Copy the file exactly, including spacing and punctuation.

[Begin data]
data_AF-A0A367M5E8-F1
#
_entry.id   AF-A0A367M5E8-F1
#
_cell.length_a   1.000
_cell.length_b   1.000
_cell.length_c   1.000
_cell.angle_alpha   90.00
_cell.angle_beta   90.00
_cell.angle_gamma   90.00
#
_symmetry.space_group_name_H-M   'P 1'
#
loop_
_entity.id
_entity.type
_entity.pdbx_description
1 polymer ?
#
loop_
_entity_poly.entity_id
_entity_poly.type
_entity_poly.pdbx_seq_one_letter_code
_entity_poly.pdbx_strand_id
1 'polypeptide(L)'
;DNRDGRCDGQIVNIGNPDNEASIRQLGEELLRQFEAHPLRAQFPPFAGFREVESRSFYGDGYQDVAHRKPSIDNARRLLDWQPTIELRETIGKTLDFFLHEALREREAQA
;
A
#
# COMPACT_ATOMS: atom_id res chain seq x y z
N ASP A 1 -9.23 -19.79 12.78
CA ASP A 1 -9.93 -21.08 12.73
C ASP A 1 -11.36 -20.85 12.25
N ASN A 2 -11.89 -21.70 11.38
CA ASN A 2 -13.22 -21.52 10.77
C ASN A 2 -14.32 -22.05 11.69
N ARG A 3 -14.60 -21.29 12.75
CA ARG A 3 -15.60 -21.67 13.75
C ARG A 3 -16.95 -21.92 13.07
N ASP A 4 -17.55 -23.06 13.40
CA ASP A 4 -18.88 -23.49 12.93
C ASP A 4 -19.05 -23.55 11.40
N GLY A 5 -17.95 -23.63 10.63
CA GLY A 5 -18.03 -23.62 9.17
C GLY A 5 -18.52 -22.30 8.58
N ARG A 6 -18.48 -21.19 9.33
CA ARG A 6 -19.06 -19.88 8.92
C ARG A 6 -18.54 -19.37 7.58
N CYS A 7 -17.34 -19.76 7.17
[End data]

data_AF-A0A367M5E8-F1
#
_entry.id   AF-A0A367M5E8-F1
#
_cell.length_a   1.000
_cell.length_b   1.000
_cell.length_c   1.000
_cell.angle_alpha   90.00
_cell.angle_beta   90.00
_cell.angle_gamma   90.00
#
_symmetry.space_group_name_H-M   'P 1'
#
loop_
_entity.id
_entity.type
_entity.pdbx_description
1 polymer ?
#
loop_
_entity_poly.entity_id
_entity_poly.type
_entity_poly.pdbx_seq_one_letter_code
_entity_poly.pdbx_strand_id
1 'polypeptide(L)'
;DNRDGRCDGQIVNIGNPDNEASIRQLGEELLRQFEAHPLRAQFPPFAGFREVESRSFYGDGYQDVAHRKPSIDNARRLLDWQPTIELRETIGKTLDFFLHEALREREAQA
;
A
#
# COMPACT_ATOMS: atom_id res chain seq x y z
N ASP A 1 -9.23 -19.79 12.78
CA ASP A 1 -9.93 -21.08 12.73
C ASP A 1 -11.36 -20.85 12.25
N ASN A 2 -11.89 -21.70 11.38
CA ASN A 2 -13.22 -21.52 10.77
C ASN A 2 -14.32 -22.05 11.69
N ARG A 3 -14.60 -21.29 12.75
CA ARG A 3 -15.60 -21.67 13.75
C ARG A 3 -16.95 -21.92 13.07
N ASP A 4 -17.55 -23.06 13.40
CA ASP A 4 -18.88 -23.49 12.93
C ASP A 4 -19.05 -23.55 11.40
N GLY A 5 -17.95 -23.63 10.63
CA GLY A 5 -18.03 -23.62 9.17
C GLY A 5 -18.52 -22.30 8.58
N ARG A 6 -18.48 -21.19 9.33
CA ARG A 6 -19.06 -19.88 8.92
C ARG A 6 -18.54 -19.37 7.58
N CYS A 7 -17.34 -19.76 7.17